Use of TheraBreath Products in Bad Breath Patients (GCF and Halimeter Values, Effects of Oxygenized Saliva)
By Drs. G. Acikgoz, I. Devrim, M. Aldikacti, A. Kayipmaz, G. Keles - Professors of Periodontology at The Ondokuz Mayis University Dental School, Department of Periodontology - Samsun, Turkey
This independent study was presented abt the 4th International Symposium on Oral Malodor, held at The University of California, Los Angeles (UCLA).
There are several etiological roles which play a role in the ethiopathogenesis of bad breath. However, the major role is the bacterial production of hydrogen sulphide. These anaerobic bacteria live in areas where oxygen cannot reach them, including the back of the throat and tongue, interproximal areas of the teeth, periodontal pockets and enlarged tonsilla. A benefit to those who suffer with bad breath would be the use of an oxygenating agent which would eliminate the hydrogen sulphide and the anaerobic bacteria.
Twenty-five subjects suffering with bad breath were treated with TheraBreath brand stabilized chlorine dioxide mouthwash, toothpaste, and spray. Their progress was monitored by using 3 scientifically reproducible methods:
Flame Gas Chromatography, used to measure the production of Volatile Sulphur Compounds in laboratories.
The Interscan Halimeter, which is used by some dentists to monitor the production of sulphides in their dental offices.
Periotron 8000, which measures the concentration of anaerobic bacteria and sulphides in collected saliva.
Results showed the following:
The Flame Gas Chromatography readings of Volatile Sulphur Compounds decreased significantly following use of the products.
A statistically significant decrease in Halimeter readings, showing that the oxygenating effect of TheraBreath reduced volatile sulfur compounds.
Readings on the Periotron 8000 with regards to patients saliva showed that TheraBreath had a beneficial effect.
Notes: This study was translated from Turkish so that it could be presented at the 4th International Symposium on Oral Malodor at the University of California at Los Angeles.
Reduction of Oral Malodour by a Chlorine Dioxide Containing Mouthrinse; Likely Mechanisms of Action in Vivo
By H. Chang, J. Greenman, R. Allaker, and E. Lynch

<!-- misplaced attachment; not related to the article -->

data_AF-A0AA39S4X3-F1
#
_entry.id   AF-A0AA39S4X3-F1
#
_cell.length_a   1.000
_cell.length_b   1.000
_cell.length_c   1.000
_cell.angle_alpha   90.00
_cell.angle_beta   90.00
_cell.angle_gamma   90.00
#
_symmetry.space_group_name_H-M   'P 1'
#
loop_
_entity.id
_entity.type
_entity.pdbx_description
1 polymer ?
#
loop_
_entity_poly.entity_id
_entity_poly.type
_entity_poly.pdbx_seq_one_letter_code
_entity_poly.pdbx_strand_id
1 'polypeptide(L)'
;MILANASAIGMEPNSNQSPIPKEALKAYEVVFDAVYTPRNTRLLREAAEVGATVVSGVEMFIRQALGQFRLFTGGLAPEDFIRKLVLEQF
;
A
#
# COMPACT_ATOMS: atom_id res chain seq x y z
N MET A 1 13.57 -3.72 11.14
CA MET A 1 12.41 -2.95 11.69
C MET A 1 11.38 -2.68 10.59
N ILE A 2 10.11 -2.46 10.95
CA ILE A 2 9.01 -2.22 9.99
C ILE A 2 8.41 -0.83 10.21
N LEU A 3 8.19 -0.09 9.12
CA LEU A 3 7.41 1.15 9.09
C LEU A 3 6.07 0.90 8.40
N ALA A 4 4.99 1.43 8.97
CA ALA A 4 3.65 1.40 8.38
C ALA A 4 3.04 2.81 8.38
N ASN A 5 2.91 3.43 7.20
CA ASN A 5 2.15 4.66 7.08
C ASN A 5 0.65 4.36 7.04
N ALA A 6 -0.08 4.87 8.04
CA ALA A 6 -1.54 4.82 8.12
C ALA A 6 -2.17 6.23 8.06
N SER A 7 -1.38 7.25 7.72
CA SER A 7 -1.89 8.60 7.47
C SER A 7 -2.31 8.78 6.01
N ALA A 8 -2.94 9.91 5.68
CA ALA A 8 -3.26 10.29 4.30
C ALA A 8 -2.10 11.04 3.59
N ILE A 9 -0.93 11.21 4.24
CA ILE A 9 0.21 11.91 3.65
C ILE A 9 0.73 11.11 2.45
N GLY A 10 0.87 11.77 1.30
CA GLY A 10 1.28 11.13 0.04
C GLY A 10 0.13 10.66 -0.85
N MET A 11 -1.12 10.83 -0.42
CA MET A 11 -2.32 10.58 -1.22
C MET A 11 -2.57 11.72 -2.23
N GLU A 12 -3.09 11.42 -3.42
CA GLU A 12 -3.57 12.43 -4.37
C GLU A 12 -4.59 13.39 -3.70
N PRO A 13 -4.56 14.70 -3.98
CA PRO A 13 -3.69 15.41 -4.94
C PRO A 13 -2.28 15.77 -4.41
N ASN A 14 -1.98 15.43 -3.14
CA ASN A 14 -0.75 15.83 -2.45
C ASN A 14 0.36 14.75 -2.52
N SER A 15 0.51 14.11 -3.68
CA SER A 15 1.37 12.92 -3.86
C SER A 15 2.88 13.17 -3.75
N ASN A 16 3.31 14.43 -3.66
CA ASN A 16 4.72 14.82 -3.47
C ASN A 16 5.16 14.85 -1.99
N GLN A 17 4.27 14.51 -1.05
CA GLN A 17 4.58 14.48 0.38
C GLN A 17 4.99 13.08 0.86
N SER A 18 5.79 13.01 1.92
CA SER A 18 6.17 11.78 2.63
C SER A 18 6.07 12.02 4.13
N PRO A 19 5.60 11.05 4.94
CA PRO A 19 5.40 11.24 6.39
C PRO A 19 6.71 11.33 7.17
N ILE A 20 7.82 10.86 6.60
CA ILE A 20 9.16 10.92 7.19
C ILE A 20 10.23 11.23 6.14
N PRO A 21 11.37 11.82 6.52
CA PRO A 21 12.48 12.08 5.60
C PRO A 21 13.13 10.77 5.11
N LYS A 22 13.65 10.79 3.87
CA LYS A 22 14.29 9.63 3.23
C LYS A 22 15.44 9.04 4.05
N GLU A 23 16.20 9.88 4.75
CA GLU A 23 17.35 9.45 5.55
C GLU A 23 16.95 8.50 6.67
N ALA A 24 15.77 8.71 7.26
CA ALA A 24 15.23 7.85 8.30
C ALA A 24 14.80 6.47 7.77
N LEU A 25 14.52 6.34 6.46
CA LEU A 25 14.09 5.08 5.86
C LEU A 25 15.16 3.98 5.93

Department of of Conservative Dentistry, Saint Bartholomew's and the Royal London School of Medicine and Dentistry, QMW, University of London and the University of West England, Bristol, UK
The change in volatile sulfur compounds (VSC) levels intraorally as recorded by a Halimeter was studied as a potential method to investigate the mode of action and efficacy of a chlorine dioxide (ClO2) mouthwash used as an anti-halitosis agent. The Halimeter was used to monitor the levels of H2S (hydrogen sulfide) every 2 minutes following a 0.1% (w/v) cysteine mouthrinse, which was held in the mouth for one minute prior to expectoration.
The results from an initial study with three participants showed that the VSC response reached a maximum recorded level at either 4 or 6 minutes and returned to around baseline levels after approximately 30 to 40 minutes.
Furthermore, a second cysteine mouthrinse applied within 1 to 2 hours following the first rinse gave a trend towards a larger H2S response, indicating inducibility of VSC production. This experiment involved application of a control rinse (water) on day 1 and a chlorine dioxide rinse (test) on day 2, 75 minutes following a first recorded cysteine-H2S response and one hour prior to a second recorded cysteine-H2S response, on 20 participants.
The results showed that the second cysteine-H2S response was significantly reduced (43% reduction; p< 0.05) following the chlorine dioxide rinse test agent, compared to the water control. These results indicate that the mechanism of action of the chlorine dioxide reduction of VSC production is unlikely to be primarily mediated by oxidation of substrate or VSC product.
Microbiological sampling of the tongue flora following cysteine, water, and chlorine dioxide mouthrinses showed no significant differences in the recovery of aerobic, facultative anaerobic, or strict anaerobic tongue species, suggesting that one of the main mechanisms of action of chlorine dioxide may be irreversible inhibition of the major cysteine to H2S enzyme, cysteine desulfhydrase.
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